Nine months without a state budget and many school districts in our area are wondering how to set their own budgets, let alone stay open, without the money they need.
“It’s just so wrong on so many fronts that we’re not getting our money,” said Superintendent Vincent DiLeo, Central Cambria School District.
The Central Cambria School District is feeling the pinch. They still have bills to pay and no money to do it.
“We have vendors we have to pay,” DiLeo said. “We have building and grounds needs that have to be addressed and those are all on hold because I’m not sure about how far the money’s going to go.”
Some schools across the state have borrowed more than $1 billion. Central Cambria is not considering that option, yet.
“I think that’s always in the back of every superintendent’s mind so that we can keep our districts’ doors open.”
“They’re torn providing what’s best for the kids, but also being fiscally responsible and that’s a tough place to be,” said Appalachia Intermediate Unit 8 Executive Director Dr. Tom Butler.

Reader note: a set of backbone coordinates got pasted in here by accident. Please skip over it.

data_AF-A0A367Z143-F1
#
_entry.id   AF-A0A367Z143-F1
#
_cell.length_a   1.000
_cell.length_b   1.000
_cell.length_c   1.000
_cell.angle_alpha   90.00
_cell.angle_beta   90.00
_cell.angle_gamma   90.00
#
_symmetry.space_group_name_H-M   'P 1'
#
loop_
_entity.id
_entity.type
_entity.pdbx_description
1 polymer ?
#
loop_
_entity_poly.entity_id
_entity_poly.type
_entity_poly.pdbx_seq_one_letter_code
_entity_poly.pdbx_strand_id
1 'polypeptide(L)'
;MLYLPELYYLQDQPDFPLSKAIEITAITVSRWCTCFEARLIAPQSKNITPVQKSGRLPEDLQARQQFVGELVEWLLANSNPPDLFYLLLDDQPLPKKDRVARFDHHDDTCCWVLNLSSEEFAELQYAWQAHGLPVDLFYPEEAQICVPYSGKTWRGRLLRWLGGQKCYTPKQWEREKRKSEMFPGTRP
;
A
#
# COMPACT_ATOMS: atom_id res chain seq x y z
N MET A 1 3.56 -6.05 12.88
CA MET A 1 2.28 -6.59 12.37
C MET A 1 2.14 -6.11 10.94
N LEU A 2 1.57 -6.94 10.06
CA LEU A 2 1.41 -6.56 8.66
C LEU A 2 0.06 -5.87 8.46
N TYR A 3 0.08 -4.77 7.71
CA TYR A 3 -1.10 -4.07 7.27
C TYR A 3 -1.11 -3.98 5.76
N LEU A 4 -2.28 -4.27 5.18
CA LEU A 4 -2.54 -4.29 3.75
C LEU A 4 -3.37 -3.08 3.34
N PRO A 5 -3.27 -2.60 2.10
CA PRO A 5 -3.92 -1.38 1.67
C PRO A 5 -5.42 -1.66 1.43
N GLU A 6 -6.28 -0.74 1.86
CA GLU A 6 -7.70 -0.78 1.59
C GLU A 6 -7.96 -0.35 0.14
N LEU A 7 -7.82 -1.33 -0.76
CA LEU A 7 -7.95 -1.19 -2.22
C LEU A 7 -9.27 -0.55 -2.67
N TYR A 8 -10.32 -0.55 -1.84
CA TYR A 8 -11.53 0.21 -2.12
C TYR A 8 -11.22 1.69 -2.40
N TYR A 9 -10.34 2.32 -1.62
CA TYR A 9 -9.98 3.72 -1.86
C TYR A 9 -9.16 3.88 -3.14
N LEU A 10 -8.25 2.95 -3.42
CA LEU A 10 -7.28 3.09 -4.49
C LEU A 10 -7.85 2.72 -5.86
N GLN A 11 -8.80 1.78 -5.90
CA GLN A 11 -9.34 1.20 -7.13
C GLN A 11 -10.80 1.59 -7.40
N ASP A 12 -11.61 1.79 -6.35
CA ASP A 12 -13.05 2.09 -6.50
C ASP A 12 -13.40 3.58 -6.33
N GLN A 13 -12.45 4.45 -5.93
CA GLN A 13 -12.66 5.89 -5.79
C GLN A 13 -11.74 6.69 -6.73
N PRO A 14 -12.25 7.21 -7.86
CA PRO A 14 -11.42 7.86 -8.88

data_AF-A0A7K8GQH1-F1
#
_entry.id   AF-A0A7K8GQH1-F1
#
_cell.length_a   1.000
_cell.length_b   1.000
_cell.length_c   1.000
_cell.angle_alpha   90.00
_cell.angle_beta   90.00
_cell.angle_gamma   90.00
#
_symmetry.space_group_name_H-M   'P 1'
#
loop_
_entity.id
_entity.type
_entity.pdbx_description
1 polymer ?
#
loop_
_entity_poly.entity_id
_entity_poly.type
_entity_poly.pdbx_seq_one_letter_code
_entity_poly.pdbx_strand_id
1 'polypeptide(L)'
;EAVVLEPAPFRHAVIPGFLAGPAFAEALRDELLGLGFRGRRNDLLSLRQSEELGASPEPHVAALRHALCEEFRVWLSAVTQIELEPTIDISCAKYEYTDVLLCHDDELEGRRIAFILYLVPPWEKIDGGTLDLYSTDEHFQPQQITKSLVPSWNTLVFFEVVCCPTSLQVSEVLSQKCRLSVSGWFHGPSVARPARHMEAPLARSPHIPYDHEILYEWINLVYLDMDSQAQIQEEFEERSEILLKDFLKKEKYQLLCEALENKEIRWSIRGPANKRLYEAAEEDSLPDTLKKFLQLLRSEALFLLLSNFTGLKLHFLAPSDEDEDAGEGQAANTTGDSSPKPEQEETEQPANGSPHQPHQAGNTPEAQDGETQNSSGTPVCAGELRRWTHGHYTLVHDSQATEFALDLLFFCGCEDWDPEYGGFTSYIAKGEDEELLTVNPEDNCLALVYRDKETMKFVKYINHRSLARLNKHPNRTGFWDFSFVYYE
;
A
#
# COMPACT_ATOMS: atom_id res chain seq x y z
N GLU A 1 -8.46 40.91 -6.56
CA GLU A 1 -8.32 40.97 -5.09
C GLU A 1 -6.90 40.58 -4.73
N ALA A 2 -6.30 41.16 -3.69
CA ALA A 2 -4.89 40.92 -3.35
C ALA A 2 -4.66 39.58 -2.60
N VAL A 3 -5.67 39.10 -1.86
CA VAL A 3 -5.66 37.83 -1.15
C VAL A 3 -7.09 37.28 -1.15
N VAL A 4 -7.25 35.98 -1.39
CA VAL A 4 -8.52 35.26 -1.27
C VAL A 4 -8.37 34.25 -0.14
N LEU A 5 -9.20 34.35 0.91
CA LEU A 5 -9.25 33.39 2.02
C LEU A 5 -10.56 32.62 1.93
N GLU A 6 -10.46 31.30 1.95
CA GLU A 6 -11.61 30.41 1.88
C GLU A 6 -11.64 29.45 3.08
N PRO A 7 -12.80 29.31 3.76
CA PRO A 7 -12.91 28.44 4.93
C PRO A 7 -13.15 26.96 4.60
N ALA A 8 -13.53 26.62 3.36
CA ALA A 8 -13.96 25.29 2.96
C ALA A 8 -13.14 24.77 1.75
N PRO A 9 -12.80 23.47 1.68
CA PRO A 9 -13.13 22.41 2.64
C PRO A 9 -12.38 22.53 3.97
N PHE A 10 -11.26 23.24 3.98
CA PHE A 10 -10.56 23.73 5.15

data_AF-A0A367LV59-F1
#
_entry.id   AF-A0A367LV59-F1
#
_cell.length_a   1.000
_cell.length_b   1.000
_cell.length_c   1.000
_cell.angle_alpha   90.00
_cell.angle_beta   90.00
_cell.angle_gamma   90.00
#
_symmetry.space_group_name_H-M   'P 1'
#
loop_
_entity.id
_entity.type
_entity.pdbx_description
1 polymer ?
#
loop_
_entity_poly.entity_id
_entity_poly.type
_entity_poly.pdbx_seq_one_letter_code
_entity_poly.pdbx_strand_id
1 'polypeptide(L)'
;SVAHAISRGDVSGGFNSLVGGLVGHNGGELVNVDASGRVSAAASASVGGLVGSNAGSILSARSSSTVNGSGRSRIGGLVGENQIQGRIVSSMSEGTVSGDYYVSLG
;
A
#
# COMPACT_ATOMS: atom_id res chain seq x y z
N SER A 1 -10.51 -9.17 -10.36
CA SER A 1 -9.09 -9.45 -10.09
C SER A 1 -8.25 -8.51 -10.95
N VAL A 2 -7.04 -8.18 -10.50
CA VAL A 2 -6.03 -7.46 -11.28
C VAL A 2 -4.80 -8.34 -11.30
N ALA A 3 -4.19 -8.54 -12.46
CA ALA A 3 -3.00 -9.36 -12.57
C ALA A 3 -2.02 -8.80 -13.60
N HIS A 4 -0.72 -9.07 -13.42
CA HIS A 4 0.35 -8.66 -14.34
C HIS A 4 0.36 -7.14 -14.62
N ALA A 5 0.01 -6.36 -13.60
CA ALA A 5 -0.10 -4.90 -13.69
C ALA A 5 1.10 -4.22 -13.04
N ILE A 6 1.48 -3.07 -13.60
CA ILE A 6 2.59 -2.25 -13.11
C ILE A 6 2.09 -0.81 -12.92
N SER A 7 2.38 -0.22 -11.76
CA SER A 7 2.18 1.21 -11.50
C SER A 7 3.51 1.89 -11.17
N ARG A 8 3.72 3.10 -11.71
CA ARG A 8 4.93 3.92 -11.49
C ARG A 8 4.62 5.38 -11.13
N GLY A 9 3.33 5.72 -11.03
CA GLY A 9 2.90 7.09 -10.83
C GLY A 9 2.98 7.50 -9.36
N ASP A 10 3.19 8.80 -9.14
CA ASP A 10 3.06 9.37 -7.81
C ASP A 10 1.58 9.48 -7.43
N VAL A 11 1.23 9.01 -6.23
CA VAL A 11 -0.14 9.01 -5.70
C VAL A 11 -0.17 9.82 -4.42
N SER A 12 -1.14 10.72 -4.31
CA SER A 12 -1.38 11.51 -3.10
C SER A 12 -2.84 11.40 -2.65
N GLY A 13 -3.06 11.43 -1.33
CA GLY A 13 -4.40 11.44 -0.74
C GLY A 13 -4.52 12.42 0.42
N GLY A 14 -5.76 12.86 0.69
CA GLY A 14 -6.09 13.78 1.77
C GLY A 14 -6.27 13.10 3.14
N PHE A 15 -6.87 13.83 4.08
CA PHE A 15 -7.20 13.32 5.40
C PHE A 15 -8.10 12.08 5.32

School borrowing in Pennsylvania has racked up $45 million in interest and other fees.
“That’s why I’m hesitant to do that here in our district because I don’t want Central Cambria’s taxpayers to be burdened with an increase in taxes because we had to borrow money to keep our doors open,” DiLeo said.
Superintendents from the 35 school districts in the IU 8 met last week to discuss their next steps.
“I think what our superintendents want to do and what the school boards in our IU are talking about is let’s make sure that people are aware that there is a problem,” Butler said.
Extracurricular activities will be among the first cuts. Butler said the best things for students and parents to do during this time is to stay informed.